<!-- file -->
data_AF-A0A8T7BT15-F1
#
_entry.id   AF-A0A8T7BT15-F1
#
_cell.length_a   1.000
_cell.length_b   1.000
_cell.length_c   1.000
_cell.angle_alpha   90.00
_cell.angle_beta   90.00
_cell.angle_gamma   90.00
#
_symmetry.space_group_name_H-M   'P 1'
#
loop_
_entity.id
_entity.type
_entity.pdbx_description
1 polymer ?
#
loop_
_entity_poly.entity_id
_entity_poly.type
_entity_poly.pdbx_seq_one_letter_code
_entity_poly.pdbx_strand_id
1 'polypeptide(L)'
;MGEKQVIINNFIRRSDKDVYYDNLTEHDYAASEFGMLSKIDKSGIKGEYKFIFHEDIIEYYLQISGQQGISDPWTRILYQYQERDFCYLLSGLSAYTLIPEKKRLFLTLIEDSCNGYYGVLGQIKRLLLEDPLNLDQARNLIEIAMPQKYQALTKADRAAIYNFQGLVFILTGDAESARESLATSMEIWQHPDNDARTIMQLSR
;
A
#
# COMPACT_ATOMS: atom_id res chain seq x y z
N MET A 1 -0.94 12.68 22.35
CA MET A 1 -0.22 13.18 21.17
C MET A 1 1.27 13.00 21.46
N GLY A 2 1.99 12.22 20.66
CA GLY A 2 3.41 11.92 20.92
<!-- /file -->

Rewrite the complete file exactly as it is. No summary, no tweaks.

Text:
data_AF-A0A8T7BT15-F1
#
_entry.id   AF-A0A8T7BT15-F1
#
_cell.length_a   1.000
_cell.length_b   1.000
_cell.length_c   1.000
_cell.angle_alpha   90.00
_cell.angle_beta   90.00
_cell.angle_gamma   90.00
#
_symmetry.space_group_name_H-M   'P 1'
#
loop_
_entity.id
_entity.type
_entity.pdbx_description
1 polymer ?
#
loop_
_entity_poly.entity_id
_entity_poly.type
_entity_poly.pdbx_seq_one_letter_code
_entity_poly.pdbx_strand_id
1 'polypeptide(L)'
;MGEKQVIINNFIRRSDKDVYYDNLTEHDYAASEFGMLSKIDKSGIKGEYKFIFHEDIIEYYLQISGQQGISDPWTRILYQYQERDFCYLLSGLSAYTLIPEKKRLFLTLIEDSCNGYYGVLGQIKRLLLEDPLNLDQARNLIEIAMPQKYQALTKADRAAIYNFQGLVFILTGDAESARESLATSMEIWQHPDNDARTIMQLSR
;
A
#
# COMPACT_ATOMS: atom_id res chain seq x y z
N MET A 1 -0.94 12.68 22.35
CA MET A 1 -0.22 13.18 21.17
C MET A 1 1.27 13.00 21.46
N GLY A 2 1.99 12.22 20.66
CA GLY A 2 3.41 11.92 20.92